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Caribou Legs completes Vancouver-Ottawa run to protect waterways

Pledge to Protect

OTTAWA – In his run across Canada, Caribou Legs has crossed the highest mountains, drank from some of the purest springs, and been buffeted by more 18 wheelers than he’d like to count.

The Gwich’in cross-country runner from the Northwest Territories left Vancouver on June 1 on a pledge to protect lakes and rivers in Canada, most of which lost their federal environmental protection in 2012.  

“Our waterways need protection from Stephen Harper’s government and from big oil, gas and mining companies eager to sacrifice them for profit,” said Caribou Legs the morning of his departure. “I have a voice, I have legs, and I’m committed to using them to make change.”

Averaging 50-75 km per day, Caribou Legs followed the Trans-Canada Highway, passing through such places as Kamloops, Canmore, Calgary, Medicine Hat, Regina, Brandon, Winnipeg, Kenora, Thunder Bay, Sault Ste. Marie, North Bay and finally Ottawa.

“What kept me going is the vulnerability and magnificence of this land,” says Caribou Legs. “I saw dirty rivers with sewage pipes running right into them, other times it was leaking oil. But I also tasted pure water, saw animals in their habitat, and breathed the cleanest air you can imagine. We have a choice: do we protect our natural resources? Or do we exploit and in the process destroy them?”

The run was supported by the Council of Canadians, as part of the larger #Pledge2Protect campaign which calls for Members of Parliament to reinstate environmental protections for all lakes and rivers.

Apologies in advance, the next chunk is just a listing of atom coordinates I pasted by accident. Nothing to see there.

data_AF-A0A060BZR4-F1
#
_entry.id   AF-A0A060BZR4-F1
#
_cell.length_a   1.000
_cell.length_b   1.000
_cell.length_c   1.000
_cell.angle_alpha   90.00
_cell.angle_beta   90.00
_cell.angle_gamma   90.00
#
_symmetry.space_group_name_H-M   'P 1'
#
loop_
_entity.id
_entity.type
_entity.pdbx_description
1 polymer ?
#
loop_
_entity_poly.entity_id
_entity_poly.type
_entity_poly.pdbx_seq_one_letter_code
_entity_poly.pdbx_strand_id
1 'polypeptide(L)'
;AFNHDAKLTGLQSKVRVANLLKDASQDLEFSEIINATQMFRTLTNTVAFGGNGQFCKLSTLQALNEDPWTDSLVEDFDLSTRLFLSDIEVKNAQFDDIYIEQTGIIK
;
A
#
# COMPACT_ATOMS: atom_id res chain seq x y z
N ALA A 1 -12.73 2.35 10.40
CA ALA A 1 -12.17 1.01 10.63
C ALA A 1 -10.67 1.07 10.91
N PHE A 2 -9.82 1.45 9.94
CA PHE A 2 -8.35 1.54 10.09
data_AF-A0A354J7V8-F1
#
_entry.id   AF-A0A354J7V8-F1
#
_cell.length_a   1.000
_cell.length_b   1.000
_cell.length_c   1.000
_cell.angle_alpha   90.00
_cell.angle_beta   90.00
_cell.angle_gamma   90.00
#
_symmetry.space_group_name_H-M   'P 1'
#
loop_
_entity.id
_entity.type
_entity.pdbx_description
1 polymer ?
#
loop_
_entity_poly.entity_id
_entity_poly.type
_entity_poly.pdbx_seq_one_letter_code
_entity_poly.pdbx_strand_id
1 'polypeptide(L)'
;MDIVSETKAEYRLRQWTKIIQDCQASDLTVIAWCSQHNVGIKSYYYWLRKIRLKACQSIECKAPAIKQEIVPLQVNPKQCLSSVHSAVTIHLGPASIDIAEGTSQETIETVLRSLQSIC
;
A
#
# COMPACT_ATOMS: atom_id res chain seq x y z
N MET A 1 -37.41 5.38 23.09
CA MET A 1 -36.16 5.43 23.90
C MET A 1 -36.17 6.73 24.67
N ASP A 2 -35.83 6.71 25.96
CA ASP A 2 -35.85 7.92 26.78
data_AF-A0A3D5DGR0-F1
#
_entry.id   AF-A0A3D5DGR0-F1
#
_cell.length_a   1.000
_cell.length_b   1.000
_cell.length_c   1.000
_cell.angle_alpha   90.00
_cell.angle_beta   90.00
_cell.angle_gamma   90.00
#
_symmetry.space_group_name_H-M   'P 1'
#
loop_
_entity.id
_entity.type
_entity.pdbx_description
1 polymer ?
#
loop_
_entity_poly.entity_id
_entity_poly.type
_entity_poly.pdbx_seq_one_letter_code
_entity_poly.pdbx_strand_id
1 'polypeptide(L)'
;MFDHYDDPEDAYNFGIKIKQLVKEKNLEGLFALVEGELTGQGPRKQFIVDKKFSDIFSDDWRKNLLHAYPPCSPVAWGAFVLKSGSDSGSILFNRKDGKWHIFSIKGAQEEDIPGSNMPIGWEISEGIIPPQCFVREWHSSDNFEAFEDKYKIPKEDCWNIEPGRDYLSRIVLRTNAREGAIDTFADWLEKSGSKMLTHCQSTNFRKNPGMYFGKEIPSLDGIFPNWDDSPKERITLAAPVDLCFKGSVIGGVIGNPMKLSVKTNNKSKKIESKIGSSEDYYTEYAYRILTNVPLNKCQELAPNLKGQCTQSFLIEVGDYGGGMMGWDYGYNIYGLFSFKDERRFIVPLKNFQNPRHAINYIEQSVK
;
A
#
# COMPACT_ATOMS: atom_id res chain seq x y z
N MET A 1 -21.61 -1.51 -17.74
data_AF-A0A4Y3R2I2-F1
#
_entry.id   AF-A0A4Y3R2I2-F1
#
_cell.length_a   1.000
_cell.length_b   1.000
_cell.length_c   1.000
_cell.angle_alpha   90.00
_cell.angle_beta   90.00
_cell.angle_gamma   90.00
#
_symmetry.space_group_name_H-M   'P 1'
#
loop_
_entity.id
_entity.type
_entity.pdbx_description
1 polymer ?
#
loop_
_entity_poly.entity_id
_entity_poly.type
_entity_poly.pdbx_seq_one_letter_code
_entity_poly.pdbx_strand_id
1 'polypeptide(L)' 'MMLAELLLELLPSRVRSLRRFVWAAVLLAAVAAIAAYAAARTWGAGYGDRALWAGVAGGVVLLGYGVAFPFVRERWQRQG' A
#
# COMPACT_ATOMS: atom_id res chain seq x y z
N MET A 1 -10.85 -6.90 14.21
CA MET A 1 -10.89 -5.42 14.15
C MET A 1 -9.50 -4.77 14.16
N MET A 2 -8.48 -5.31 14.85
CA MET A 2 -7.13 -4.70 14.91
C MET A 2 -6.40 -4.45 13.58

“Caribou Legs is an inspiration. We need people like him who are willing to go the distance to raise awareness of the vulnerability of our lakes and rivers,” says Maude Barlow, National Chairperson of the Council of Canadians. “The Navigable Waters Protection Act was Canada’s oldest piece of legislation, ensuring that our waters were for everyone since 1882. Now, our waterways are being prioritized for industry. No matter which government gets elected this October, I urge MPs to not only reinstate but strengthen our environmental legislation. We can do better.”

Caribou Legs, born Brad Firth, spent 20 years in Vancouver, mostly homeless, often addicted. But Firth, whose aunts Shirley and Sharon Firth were cross-country skiers and among the first Aboriginal athletes to represent Canada at the Olympics, found relief and a purpose in running. “Running is my way of life. I have an obligation to serve my people and let them know that it is possible to transform oneself from addiction, and even that it is possible to transform the world around you.”

Welcome Caribou Legs to Ottawa!

Please join us at for a welcome and water ceremony on Victoria Island followed by a run to Parliament Hill.

What: Welcome for Caribou Legs, water ceremony, run with Caribou Legs and petition delivery on Parliament Hill

Where: Victoria Island, Ottawa

Who: Caribou Legs and supporters from the Council of Canadians, the Assembly of First Nations and Idle No More Ontario.

Local federal candidates have been invited to accept a petition calling on MPs to protect lakes and rivers.

Special guests include: Paul Dewar, NDP incumbent for the riding of Ottawa Centre; has confirmed he will run with Caribou Legs. This event is part of the Ottawa Peace Festival.

When: Monday, September 21, 2015

11:00 am Welcome and water ceremony at Victoria Island
12:00 pm Run/walk from Victoria Island to Parliament Hill
12:30 pm Presentation of petitions on stairs at Parliament Hill (candidates to say a few words)


Welcome to Ottawa!

Welcome to Ottawa!

Petition delivery on Parliament Hill

Petition delivery on Parliament Hill

See more photos from the run: